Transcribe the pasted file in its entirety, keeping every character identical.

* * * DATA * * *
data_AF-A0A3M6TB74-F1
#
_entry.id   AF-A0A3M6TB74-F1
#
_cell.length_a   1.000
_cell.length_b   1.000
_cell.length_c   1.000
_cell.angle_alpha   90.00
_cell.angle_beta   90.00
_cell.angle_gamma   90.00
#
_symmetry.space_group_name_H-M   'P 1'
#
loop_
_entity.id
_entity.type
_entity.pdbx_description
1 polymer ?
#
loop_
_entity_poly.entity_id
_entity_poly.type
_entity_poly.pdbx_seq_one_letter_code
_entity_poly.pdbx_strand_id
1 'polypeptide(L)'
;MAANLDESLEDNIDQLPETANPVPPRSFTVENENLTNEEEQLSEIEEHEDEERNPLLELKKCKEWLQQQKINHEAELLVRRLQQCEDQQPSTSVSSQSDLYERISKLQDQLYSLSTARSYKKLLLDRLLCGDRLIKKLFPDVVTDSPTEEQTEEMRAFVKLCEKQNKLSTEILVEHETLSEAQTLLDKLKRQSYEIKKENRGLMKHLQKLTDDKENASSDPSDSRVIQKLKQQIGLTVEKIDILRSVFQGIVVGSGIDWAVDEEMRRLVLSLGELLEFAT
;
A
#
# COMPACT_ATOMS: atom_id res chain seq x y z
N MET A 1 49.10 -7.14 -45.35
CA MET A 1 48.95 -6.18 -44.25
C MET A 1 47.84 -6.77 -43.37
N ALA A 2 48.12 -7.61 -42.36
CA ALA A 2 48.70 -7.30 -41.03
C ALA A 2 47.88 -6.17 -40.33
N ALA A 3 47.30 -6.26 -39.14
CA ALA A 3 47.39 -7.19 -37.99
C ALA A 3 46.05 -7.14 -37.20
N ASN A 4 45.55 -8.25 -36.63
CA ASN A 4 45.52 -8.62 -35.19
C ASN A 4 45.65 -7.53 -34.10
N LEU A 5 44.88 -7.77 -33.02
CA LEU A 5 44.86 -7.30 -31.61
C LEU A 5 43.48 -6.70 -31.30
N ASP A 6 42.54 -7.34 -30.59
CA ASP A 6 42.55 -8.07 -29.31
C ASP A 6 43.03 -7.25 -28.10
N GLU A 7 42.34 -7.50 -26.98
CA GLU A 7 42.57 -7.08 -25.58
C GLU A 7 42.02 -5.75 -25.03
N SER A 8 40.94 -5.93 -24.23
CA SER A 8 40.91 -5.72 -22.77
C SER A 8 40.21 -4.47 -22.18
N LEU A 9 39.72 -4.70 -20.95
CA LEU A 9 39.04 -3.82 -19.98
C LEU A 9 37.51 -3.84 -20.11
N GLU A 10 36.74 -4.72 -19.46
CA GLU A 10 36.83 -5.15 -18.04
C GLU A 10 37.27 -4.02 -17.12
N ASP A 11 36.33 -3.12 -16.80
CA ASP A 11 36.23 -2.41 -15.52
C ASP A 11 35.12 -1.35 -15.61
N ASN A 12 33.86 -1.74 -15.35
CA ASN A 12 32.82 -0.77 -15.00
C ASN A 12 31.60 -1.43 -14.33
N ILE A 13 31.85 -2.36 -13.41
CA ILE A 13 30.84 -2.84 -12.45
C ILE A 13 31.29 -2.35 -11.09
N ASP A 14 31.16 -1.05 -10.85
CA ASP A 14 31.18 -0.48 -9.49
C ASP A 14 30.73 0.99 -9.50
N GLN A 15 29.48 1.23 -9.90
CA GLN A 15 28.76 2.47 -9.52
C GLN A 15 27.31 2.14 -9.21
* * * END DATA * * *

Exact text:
data_AF-A0A3M6TB74-F1
#
_entry.id   AF-A0A3M6TB74-F1
#
_cell.length_a   1.000
_cell.length_b   1.000
_cell.length_c   1.000
_cell.angle_alpha   90.00
_cell.angle_beta   90.00
_cell.angle_gamma   90.00
#
_symmetry.space_group_name_H-M   'P 1'
#
loop_
_entity.id
_entity.type
_entity.pdbx_description
1 polymer ?
#
loop_
_entity_poly.entity_id
_entity_poly.type
_entity_poly.pdbx_seq_one_letter_code
_entity_poly.pdbx_strand_id
1 'polypeptide(L)'
;MAANLDESLEDNIDQLPETANPVPPRSFTVENENLTNEEEQLSEIEEHEDEERNPLLELKKCKEWLQQQKINHEAELLVRRLQQCEDQQPSTSVSSQSDLYERISKLQDQLYSLSTARSYKKLLLDRLLCGDRLIKKLFPDVVTDSPTEEQTEEMRAFVKLCEKQNKLSTEILVEHETLSEAQTLLDKLKRQSYEIKKENRGLMKHLQKLTDDKENASSDPSDSRVIQKLKQQIGLTVEKIDILRSVFQGIVVGSGIDWAVDEEMRRLVLSLGELLEFAT
;
A
#
# COMPACT_ATOMS: atom_id res chain seq x y z
N MET A 1 49.10 -7.14 -45.35
CA MET A 1 48.95 -6.18 -44.25
C MET A 1 47.84 -6.77 -43.37
N ALA A 2 48.12 -7.61 -42.36
CA ALA A 2 48.70 -7.30 -41.03
C ALA A 2 47.88 -6.17 -40.33
N ALA A 3 47.30 -6.26 -39.14
CA ALA A 3 47.39 -7.19 -37.99
C ALA A 3 46.05 -7.14 -37.20
N ASN A 4 45.55 -8.25 -36.63
CA ASN A 4 45.52 -8.62 -35.19
C ASN A 4 45.65 -7.53 -34.10
N LEU A 5 44.88 -7.77 -33.02
CA LEU A 5 44.86 -7.30 -31.61
C LEU A 5 43.48 -6.70 -31.30
N ASP A 6 42.54 -7.34 -30.59
CA ASP A 6 42.55 -8.07 -29.31
C ASP A 6 43.03 -7.25 -28.10
N GLU A 7 42.34 -7.50 -26.98
CA GLU A 7 42.57 -7.08 -25.58
C GLU A 7 42.02 -5.75 -25.03
N SER A 8 40.94 -5.93 -24.23
CA SER A 8 40.91 -5.72 -22.77
C SER A 8 40.21 -4.47 -22.18
N LEU A 9 39.72 -4.70 -20.95
CA LEU A 9 39.04 -3.82 -19.98
C LEU A 9 37.51 -3.84 -20.11
N GLU A 10 36.74 -4.72 -19.46
CA GLU A 10 36.83 -5.15 -18.04
C GLU A 10 37.27 -4.02 -17.12
N ASP A 11 36.33 -3.12 -16.80
CA ASP A 11 36.23 -2.41 -15.52
C ASP A 11 35.12 -1.35 -15.61
N ASN A 12 33.86 -1.74 -15.35
CA ASN A 12 32.82 -0.77 -15.00
C ASN A 12 31.60 -1.43 -14.33
N ILE A 13 31.85 -2.36 -13.41
CA ILE A 13 30.84 -2.84 -12.45
C ILE A 13 31.29 -2.35 -11.09
N ASP A 14 31.16 -1.05 -10.85
CA ASP A 14 31.18 -0.48 -9.49
C ASP A 14 30.73 0.99 -9.50
N GLN A 15 29.48 1.23 -9.90
CA GLN A 15 28.76 2.47 -9.52
C GLN A 15 27.31 2.14 -9.21